Experts urge dialogue in Germany′s school headscarf ban debate | Germany| News and in-depth reporting from Berlin and beyond | DW | 13.04.2018
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Experts urge dialogue in Germany's school headscarf ban debate

The German state of North Rhine-Westphalia is planning to prohibit schoolchildren under the age of 14 from wearing headscarves. But rather than an outright ban, experts say speaking with parents would be more productive.

Yasemin Okutansoy teaches English and Islam at a secondary school in Bonn. Boys whose mothers wear headscarves have asked Okutansoy, who is Muslim, "why don't you wear a headscarf?" She has explained to her pupils that she is not obliged to wear one. She discussed and analyzed the respective sections in the Quran with her class, arguing that wearing the headscarf has more to do with the culture associated with religion. The headscarf originally served to protect from heat and sand in the desert, she believes. But anyone may dispute that, she says, given that "everyone is free to form their own opinion." By the same token, everyone must be tolerant of dissenting opinions, Okutansoy added, and nobody may be forced to wear a headscarf. 

So what about the girls attending her school? Okutansoy says that about 70 percent of the pupils there are Muslim. She estimates that between one and three girls per class wear a headscarf, including some that are younger than 14. Okutansoy says they wear it voluntarily. "That also applies to girls whose mothers do not even wear one," she explains.

Read more: German state government defends headscarf ban for children

Yasemin Okutansoy (privat)

Okutansoy says children should decide for themselves what to wear

Okutansoy believes wearing the headscarf is part of the girls' process of developing their identities, and it has also come into fashion: "Girls that wear headscarf also put on makeup, use the headscarf as a fashionable item, and pin up their hair underneath."

When Okutansoy's parents moved from Turkey to Germany in the 1960s, it was prohibited to wear headscarves in Turkish schools, universities and state offices. This had an effect on the way Turkish families lived in Germany, too. Now, says Okutansoy, the headscarf is becoming popular. That also has to do with families from various Muslim countries living in Germany today who have different traditions.

Ban 'impossible to enforce'

Thomas Böhm, a lecturer in school law at the Institute for Teacher Training in Essen who instructs both teachers and headmasters, agrees that "the number of pupils wearing a headscarf is increasing." He also says a ban on headscarves in schools would be "impossible to enforce." Schools would have few options to sanction violations, Böhm explains: They could only send pupils home and talk to their parents, but if there is no understanding for this policy, little else could be done. "It would be pointless to open a separate class, it would be out of the question to make the student leave the school because that is a disproportionate response."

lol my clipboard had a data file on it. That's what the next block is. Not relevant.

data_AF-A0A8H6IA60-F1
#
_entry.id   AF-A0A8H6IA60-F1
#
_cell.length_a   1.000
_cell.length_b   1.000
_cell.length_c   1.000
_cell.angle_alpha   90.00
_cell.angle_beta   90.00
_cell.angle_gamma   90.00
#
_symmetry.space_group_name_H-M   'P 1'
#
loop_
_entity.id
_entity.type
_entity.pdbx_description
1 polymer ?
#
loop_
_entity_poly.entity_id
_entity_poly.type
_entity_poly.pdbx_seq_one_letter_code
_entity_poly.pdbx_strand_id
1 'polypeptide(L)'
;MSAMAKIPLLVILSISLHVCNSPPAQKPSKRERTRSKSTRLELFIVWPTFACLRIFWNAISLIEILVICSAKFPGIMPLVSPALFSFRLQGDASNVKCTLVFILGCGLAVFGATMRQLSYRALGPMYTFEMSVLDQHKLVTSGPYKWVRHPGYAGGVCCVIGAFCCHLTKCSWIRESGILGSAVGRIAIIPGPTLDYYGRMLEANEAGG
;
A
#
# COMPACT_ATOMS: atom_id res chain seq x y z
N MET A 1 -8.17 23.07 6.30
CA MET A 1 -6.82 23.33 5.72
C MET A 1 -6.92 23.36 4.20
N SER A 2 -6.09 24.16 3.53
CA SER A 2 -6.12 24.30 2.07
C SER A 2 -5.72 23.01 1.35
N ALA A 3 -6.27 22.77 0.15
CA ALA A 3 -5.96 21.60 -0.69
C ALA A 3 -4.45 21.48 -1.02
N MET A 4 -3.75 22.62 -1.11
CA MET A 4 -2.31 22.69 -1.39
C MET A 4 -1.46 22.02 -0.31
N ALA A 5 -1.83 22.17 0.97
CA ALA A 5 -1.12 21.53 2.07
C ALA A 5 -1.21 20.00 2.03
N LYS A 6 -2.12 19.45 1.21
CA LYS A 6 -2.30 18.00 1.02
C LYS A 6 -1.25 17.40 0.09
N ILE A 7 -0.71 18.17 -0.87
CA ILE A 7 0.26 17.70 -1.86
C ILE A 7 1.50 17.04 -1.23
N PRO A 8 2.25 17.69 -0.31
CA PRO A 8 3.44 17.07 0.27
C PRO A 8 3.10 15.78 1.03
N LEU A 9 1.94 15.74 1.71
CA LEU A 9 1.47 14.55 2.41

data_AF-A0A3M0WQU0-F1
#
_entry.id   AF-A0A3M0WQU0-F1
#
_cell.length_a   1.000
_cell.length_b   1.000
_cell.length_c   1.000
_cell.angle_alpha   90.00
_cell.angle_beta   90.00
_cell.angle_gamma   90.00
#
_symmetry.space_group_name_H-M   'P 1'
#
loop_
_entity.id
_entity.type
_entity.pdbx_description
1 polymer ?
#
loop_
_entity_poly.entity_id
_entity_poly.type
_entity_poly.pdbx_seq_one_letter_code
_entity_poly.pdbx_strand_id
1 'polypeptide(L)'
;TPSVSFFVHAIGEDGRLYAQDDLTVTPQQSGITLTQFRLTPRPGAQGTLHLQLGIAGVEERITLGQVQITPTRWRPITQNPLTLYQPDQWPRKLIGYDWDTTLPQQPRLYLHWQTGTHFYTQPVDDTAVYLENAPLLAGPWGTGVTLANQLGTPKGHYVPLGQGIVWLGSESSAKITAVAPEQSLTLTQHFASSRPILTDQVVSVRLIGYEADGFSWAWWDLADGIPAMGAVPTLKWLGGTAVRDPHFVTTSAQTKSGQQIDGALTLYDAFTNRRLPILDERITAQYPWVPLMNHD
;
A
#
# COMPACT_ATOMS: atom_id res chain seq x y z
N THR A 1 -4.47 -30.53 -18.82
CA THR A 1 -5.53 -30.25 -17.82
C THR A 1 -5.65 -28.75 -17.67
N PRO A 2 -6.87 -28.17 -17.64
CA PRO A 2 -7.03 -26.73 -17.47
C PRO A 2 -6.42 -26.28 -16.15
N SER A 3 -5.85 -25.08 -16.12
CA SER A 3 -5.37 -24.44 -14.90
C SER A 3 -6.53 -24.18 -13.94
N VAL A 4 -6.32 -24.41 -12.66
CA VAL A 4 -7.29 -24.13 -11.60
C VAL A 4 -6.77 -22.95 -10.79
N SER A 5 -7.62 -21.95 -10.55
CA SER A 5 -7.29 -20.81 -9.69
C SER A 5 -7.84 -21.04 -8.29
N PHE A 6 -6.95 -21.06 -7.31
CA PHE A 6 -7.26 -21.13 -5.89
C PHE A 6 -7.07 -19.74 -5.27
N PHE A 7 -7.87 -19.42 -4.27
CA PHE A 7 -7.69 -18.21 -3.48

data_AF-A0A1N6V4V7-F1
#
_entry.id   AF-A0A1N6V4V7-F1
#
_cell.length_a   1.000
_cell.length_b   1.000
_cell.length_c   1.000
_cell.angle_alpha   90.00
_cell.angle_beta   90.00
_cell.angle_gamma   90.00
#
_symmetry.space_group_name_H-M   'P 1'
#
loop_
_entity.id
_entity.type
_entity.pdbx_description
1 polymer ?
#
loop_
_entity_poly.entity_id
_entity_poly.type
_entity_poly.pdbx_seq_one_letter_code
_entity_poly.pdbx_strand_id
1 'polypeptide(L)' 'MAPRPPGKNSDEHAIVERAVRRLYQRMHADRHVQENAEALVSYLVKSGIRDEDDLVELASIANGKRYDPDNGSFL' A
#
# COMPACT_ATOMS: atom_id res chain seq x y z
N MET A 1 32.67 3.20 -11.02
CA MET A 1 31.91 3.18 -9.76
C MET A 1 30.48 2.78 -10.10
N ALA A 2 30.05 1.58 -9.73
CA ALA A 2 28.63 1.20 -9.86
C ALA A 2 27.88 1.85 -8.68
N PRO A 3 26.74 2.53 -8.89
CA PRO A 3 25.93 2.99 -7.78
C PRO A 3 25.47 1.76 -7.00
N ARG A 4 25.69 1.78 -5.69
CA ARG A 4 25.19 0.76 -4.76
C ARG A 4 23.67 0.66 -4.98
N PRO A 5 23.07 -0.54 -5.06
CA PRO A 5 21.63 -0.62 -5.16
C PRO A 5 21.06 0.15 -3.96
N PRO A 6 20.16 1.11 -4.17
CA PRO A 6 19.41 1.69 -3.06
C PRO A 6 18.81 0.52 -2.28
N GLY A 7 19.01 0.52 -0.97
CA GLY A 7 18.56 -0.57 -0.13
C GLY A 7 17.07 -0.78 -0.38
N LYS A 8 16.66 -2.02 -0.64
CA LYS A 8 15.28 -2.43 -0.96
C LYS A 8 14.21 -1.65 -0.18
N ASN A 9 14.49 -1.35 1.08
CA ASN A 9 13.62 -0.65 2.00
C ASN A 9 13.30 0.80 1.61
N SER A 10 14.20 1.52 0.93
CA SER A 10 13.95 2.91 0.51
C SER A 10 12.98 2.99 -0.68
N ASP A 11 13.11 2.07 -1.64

Read more: German headscarf ban for children met with mixed response

Okutansoy does not wish to tell her students what to wear. "After all, I don't mind girls with punk haircuts, either," she says. And likewise nobody will force girls from Christian Baptist families to wear trousers when their religion obliges them to wear frocks, Okutansoy added. "We enjoy religious freedom so everyone must decide for themselves what to wear."

A schoolgirl with a headscarf in NRW (picture-alliance/dpa/W. Kastl)

North Rhine-Westphalia is planning to ban girls under the age of 14 from wearing headscarves

Böhm agrees that parents can stress freedom of religion and their right to parental care, pointing out that as German teachers are allowed to wear headscarves, it is that much more difficult to justify a ban for students. "That would not be possible from a legal perspective," Böhm explains. He believes having a debate about religious symbols or distractions resulting from different cultural practices in schools is important, but that opting for a headscarf ban "would not be an ideal starting point for that."

Engaging in dialogue

Böhm and Okutansoy are in total agreement on one thing: talking to parents is key. Often, this is how something can be worked out, Böhm says, noting that "only a small minority adopt a fiercely defensive stance."

Okutansoy says there are more important issues and questions than a possible headscarf ban, such as violence against children. She has also seen girls take off their headscarves for good after growing tired of them. But Okutansoy does favor strict rules when it comes to full-face veils: "The full-face veil, where you can't see someone's face and don't know who you're talking to, should be prohibited." Indeed, her school has taken action in this regard. "We decided not to admit any girls who wear a full-face veil," she says, "and not to let mothers with such a veils enter our school."

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